Sheep going, beet going. Shut the shop on 30th September, reopen 1st March. Maybe down to two spring crops, barley and something else. Could be a way forward for our small patch and break the cycle.
Been doing that for the last 5 years , march - september is becoming a pita
 
We are thinking of giving this a try. Nothing but spring combinable crops. Alright we won’t make a fortune but might have less of a bad time all round and we can work off farm for a 6 months clear run. Change is as good as a rest and all that. At the moment the year just seems to drag on from one pain in the ass problem to another.
Sheep going, beet going. Shut the shop on 30th September, reopen 1st March. Maybe down to two spring crops, barley and something else. Could be a way forward for our small patch and break the cycle.

In 2018 we went to a 50:50 winter/spring cropping. 2019 it was 12% winter 88% spring and for 2020 it was the same 12:88 and going into 2021 it’ll be 12:88. 2022 the plan at the minute is 30:70. It certainly makes winter far easier but there’s the hassle of a dry spring so I think it’s only achievable via no till and cover crops to preserve moisture.
We’ll all be only cropping 50% of the land anyway when ELMS kicks in.
 

DrWazzock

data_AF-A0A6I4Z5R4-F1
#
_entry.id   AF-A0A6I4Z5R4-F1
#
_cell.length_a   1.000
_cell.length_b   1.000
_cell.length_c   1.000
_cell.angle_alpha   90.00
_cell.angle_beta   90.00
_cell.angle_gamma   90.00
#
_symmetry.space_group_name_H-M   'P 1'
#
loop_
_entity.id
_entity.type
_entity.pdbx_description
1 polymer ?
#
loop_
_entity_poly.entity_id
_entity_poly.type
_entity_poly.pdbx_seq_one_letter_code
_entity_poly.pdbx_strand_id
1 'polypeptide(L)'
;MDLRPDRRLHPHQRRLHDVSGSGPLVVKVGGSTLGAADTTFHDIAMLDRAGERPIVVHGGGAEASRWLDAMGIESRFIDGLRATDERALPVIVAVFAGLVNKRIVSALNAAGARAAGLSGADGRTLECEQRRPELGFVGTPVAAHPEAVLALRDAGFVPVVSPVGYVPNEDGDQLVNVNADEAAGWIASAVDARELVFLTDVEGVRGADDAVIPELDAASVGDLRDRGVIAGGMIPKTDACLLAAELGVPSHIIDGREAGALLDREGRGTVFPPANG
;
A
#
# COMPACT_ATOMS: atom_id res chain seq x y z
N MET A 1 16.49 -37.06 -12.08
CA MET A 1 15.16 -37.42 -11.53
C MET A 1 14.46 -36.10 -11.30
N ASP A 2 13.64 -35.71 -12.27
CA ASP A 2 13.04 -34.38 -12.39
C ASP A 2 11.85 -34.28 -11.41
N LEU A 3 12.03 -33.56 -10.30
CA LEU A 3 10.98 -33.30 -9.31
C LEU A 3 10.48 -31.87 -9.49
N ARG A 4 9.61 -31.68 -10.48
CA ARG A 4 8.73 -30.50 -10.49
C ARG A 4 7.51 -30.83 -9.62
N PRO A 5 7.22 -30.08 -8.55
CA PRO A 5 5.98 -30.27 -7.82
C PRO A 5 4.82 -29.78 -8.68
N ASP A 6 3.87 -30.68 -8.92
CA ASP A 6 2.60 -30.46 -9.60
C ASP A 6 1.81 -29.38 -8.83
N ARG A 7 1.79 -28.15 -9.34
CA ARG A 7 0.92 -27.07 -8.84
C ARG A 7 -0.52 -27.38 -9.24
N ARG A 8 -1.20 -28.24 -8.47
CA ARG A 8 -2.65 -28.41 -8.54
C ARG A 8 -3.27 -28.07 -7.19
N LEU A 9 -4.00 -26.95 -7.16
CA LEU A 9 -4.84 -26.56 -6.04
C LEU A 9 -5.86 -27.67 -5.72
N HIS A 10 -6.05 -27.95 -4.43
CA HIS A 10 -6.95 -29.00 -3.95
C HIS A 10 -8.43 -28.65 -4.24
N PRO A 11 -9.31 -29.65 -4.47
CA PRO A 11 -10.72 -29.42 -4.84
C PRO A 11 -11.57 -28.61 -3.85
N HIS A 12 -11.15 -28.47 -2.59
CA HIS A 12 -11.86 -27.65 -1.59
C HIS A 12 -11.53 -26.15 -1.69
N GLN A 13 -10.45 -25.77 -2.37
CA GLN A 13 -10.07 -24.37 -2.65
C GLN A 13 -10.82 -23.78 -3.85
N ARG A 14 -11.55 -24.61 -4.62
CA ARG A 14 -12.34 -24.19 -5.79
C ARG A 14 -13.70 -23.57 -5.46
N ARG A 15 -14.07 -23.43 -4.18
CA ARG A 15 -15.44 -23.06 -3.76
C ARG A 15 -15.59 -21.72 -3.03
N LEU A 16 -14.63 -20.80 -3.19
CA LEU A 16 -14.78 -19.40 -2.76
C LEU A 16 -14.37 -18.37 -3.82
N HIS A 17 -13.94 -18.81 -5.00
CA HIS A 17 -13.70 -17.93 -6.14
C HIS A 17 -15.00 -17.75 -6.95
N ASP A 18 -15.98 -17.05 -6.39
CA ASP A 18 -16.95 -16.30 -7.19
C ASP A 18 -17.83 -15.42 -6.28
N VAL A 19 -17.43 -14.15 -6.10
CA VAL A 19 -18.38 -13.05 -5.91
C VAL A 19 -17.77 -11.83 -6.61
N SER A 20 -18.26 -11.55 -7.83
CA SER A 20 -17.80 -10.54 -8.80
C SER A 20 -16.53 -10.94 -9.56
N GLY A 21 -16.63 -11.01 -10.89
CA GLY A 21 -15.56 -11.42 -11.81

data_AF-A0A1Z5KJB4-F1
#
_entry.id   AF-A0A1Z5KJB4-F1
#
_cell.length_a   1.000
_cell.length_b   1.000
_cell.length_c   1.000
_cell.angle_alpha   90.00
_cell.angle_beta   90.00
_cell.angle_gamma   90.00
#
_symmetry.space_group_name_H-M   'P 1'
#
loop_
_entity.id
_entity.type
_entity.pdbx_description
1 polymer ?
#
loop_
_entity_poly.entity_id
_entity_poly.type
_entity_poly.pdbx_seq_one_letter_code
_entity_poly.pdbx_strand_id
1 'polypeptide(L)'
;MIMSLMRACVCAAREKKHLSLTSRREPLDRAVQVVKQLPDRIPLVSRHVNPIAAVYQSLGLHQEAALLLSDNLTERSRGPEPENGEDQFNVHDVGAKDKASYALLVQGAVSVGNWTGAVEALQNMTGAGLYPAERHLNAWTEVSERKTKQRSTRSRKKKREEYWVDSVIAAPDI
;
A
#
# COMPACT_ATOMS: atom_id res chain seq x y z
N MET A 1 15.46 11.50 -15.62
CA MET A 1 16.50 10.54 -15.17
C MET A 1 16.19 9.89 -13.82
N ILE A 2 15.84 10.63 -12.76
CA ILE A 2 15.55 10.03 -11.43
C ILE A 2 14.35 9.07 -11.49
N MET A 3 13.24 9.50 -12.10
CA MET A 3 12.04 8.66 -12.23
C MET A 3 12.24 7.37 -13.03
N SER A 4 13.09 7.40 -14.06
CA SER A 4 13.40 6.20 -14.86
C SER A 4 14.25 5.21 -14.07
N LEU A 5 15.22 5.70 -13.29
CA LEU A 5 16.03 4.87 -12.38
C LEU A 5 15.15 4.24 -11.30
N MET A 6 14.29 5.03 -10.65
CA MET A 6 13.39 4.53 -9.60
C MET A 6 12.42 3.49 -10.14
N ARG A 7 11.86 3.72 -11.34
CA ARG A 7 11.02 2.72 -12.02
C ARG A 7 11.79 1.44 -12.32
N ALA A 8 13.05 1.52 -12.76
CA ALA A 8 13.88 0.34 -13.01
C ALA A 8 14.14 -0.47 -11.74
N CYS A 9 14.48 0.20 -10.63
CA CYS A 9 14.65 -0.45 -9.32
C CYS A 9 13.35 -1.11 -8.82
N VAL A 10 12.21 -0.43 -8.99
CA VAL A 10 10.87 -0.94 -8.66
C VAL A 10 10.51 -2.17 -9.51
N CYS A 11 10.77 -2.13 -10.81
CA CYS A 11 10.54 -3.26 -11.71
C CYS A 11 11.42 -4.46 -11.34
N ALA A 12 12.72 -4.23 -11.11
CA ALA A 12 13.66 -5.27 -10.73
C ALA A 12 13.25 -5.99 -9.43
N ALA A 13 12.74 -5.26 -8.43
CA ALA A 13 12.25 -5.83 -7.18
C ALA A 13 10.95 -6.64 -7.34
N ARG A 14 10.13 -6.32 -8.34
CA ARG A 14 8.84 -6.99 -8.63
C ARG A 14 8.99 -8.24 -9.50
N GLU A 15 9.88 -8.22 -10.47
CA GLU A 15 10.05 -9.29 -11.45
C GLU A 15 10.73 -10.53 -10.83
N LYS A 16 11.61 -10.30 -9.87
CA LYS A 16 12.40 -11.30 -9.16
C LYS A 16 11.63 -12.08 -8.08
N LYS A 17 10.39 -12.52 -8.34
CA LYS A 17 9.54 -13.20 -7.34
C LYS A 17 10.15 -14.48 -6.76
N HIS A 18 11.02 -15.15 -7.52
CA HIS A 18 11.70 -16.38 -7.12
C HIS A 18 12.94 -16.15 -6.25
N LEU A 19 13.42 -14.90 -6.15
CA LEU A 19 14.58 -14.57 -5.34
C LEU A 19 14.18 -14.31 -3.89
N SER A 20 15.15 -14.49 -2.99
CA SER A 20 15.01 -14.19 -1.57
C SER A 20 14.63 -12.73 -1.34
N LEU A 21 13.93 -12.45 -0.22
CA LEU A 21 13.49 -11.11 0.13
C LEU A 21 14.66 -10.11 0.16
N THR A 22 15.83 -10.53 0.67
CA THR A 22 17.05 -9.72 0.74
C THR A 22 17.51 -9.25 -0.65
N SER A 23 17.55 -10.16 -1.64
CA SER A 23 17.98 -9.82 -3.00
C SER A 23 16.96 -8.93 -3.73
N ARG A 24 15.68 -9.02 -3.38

Member
Arable Farmer
Location
Lincolnshire
Despite best efforts with under drainage we tend to lie fairly wet here over winter, we have some extremely heavy soils and some extremely light soils.
On 200 acres we need to be able to work off farm to supplement our incomes. For that we really need a 6 month uninterrupted run.
I think it’s more about tailoring cropping plans to farm type and personal circumstances now than anything else for us personally.
So if we can be finished by end of September, including all primary cultivation’s or covers in ready for drilling next spring then we are in a better place than having to drag on through the winter with bits of spraying, chasing pigeons, lifting and loading beet and nursing and lambing sheep.
We will see.
Psychologically we both find that doing something other than farming for while is of great benefit. You come back keen to get on. But stuck in either job permanently gets you down after a while. You need variety and a change of scenery.
 

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Written by Charlotte Cunningham from CPM Magazine

JCB has launched new Fastrac 4000 and 8000 Series tractors with an all-new electronics infrastructure which is claimed to deliver higher levels of performance. According to JCB, the new Fastrac iCon operator environment has three key features: iConfigure – creating a bespoke control experience for every operator iConnect – integrating advanced precision agriculture technology iControl – redefining operation through new driveline software The 175hp to 348hp (133kW to 260kW) Fastracs feature the new iCon armrest console and touch-screen display to provide flexibility in operator allocation and operator information, as well as a new transmission control strategy to enhance operator comfort and powertrain efficiency, says the manufacturer...